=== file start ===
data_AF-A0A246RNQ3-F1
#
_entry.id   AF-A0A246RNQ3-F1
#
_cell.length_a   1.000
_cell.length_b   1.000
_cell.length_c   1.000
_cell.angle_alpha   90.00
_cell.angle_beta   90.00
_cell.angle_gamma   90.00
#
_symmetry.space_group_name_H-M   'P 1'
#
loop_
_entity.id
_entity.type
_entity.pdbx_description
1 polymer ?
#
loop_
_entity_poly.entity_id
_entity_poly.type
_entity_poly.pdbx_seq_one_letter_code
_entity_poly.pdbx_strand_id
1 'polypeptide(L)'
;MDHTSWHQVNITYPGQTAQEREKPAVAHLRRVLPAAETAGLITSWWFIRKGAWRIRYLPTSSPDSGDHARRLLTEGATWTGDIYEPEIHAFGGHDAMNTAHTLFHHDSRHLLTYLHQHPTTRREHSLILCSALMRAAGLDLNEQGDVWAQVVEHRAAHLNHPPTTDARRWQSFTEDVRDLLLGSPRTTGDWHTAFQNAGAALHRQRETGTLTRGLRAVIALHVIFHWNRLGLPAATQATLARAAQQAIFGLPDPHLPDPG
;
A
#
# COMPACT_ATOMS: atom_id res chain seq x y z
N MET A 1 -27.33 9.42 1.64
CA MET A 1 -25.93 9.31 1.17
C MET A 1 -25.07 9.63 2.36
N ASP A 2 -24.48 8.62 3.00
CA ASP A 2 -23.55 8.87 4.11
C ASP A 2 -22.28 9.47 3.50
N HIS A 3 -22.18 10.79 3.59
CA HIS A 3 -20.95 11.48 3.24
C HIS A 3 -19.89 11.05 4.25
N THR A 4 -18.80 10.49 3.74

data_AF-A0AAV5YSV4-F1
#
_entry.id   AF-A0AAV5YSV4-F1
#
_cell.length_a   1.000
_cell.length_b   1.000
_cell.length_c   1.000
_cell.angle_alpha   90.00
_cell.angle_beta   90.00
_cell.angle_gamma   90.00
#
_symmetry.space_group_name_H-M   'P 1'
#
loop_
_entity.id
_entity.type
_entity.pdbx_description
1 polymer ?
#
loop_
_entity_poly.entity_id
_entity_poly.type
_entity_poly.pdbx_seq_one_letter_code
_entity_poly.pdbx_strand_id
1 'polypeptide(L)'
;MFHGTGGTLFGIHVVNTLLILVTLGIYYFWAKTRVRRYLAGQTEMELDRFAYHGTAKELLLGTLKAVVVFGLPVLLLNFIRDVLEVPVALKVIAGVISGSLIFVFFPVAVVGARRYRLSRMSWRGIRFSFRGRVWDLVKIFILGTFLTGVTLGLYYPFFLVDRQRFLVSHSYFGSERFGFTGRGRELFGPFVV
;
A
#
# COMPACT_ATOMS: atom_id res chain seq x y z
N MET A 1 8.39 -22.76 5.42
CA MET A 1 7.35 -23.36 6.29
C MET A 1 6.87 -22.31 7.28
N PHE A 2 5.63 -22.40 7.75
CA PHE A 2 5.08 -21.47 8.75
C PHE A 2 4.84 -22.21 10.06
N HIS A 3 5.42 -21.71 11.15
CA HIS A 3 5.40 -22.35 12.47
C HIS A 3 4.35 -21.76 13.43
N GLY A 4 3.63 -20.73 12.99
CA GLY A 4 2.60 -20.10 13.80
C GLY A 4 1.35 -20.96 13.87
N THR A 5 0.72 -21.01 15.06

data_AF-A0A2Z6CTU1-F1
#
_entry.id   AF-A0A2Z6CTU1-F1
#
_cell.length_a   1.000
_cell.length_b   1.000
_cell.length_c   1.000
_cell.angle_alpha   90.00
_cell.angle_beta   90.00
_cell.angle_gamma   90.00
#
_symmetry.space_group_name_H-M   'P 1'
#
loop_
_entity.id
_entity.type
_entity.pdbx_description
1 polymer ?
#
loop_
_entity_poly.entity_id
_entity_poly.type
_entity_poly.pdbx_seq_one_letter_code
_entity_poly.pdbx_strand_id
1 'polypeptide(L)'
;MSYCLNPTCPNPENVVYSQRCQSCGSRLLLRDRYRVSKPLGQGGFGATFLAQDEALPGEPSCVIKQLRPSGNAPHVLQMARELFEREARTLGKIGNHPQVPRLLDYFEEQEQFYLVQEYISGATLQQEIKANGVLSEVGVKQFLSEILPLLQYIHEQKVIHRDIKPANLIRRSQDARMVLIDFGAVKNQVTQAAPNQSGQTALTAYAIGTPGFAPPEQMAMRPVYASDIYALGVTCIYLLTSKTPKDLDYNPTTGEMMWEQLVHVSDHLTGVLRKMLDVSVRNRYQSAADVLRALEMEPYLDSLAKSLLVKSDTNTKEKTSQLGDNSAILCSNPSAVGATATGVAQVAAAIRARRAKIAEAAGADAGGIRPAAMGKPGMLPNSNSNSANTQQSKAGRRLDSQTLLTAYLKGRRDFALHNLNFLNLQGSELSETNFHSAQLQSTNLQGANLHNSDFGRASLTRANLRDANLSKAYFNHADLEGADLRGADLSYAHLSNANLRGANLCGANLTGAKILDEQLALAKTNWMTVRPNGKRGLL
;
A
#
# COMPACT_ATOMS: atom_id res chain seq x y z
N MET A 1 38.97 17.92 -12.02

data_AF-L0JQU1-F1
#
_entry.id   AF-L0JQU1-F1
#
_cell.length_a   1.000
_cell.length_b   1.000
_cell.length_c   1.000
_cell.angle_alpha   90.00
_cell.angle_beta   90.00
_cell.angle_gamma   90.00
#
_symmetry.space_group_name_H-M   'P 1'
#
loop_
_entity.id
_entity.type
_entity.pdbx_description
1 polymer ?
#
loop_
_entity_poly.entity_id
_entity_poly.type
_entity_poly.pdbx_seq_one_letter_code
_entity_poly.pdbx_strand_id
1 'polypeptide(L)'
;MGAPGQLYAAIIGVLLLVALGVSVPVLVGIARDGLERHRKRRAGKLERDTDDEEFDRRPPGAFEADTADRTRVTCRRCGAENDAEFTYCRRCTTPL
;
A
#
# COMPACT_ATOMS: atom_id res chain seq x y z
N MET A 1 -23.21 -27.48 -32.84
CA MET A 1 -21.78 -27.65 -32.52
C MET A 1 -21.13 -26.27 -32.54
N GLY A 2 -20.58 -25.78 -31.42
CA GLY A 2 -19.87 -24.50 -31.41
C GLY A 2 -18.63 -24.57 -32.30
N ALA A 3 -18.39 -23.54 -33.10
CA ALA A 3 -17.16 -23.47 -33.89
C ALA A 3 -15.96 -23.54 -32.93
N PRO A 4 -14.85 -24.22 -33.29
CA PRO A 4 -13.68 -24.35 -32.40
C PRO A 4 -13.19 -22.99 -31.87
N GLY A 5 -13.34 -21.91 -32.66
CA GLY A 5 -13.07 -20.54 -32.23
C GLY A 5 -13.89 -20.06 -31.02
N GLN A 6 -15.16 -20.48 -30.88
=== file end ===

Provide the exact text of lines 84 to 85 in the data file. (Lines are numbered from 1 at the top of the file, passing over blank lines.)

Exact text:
data_AF-A0A2Z6CTU1-F1
#